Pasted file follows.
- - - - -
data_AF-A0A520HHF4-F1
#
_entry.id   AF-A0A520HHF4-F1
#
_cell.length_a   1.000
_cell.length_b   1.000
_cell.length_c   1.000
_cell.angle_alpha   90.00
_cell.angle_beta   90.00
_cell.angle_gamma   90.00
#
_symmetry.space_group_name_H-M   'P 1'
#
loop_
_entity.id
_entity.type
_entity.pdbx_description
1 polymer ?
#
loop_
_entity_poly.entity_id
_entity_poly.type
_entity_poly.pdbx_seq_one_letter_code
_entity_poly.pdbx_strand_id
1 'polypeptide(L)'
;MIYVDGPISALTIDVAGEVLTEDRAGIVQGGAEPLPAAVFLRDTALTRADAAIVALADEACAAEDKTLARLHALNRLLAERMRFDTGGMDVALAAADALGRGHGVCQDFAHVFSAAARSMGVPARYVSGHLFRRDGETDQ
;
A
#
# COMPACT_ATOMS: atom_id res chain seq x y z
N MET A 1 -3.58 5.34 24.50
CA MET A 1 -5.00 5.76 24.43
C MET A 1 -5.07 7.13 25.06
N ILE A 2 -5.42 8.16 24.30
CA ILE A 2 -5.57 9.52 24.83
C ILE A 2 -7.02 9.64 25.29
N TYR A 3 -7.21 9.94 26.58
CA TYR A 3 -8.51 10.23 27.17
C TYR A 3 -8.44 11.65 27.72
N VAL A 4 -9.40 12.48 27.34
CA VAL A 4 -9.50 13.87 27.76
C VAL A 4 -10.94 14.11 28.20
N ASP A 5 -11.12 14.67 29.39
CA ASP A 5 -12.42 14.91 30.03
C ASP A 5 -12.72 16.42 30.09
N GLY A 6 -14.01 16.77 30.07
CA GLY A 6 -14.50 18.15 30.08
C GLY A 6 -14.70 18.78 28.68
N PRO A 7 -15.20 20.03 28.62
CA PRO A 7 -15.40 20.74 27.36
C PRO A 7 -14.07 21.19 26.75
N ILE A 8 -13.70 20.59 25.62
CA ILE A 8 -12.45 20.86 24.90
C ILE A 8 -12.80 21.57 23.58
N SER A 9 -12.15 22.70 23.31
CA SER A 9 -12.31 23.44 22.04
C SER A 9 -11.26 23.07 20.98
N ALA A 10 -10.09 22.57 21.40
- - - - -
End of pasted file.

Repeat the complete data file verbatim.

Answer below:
data_AF-A0A520HHF4-F1
#
_entry.id   AF-A0A520HHF4-F1
#
_cell.length_a   1.000
_cell.length_b   1.000
_cell.length_c   1.000
_cell.angle_alpha   90.00
_cell.angle_beta   90.00
_cell.angle_gamma   90.00
#
_symmetry.space_group_name_H-M   'P 1'
#
loop_
_entity.id
_entity.type
_entity.pdbx_description
1 polymer ?
#
loop_
_entity_poly.entity_id
_entity_poly.type
_entity_poly.pdbx_seq_one_letter_code
_entity_poly.pdbx_strand_id
1 'polypeptide(L)'
;MIYVDGPISALTIDVAGEVLTEDRAGIVQGGAEPLPAAVFLRDTALTRADAAIVALADEACAAEDKTLARLHALNRLLAERMRFDTGGMDVALAAADALGRGHGVCQDFAHVFSAAARSMGVPARYVSGHLFRRDGETDQ
;
A
#
# COMPACT_ATOMS: atom_id res chain seq x y z
N MET A 1 -3.58 5.34 24.50
CA MET A 1 -5.00 5.76 24.43
C MET A 1 -5.07 7.13 25.06
N ILE A 2 -5.42 8.16 24.30
CA ILE A 2 -5.57 9.52 24.83
C ILE A 2 -7.02 9.64 25.29
N TYR A 3 -7.21 9.94 26.58
CA TYR A 3 -8.51 10.23 27.17
C TYR A 3 -8.44 11.65 27.72
N VAL A 4 -9.40 12.48 27.34
CA VAL A 4 -9.50 13.87 27.76
C VAL A 4 -10.94 14.11 28.20
N ASP A 5 -11.12 14.67 29.39
CA ASP A 5 -12.42 14.91 30.03
C ASP A 5 -12.72 16.42 30.09
N GLY A 6 -14.01 16.77 30.07
CA GLY A 6 -14.50 18.15 30.08
C GLY A 6 -14.70 18.78 28.68
N PRO A 7 -15.20 20.03 28.62
CA PRO A 7 -15.40 20.74 27.36
C PRO A 7 -14.07 21.19 26.75
N ILE A 8 -13.70 20.59 25.62
CA ILE A 8 -12.45 20.86 24.90
C ILE A 8 -12.80 21.57 23.58
N SER A 9 -12.15 22.70 23.31
CA SER A 9 -12.31 23.44 22.04
C SER A 9 -11.26 23.07 20.98
N ALA A 10 -10.09 22.57 21.40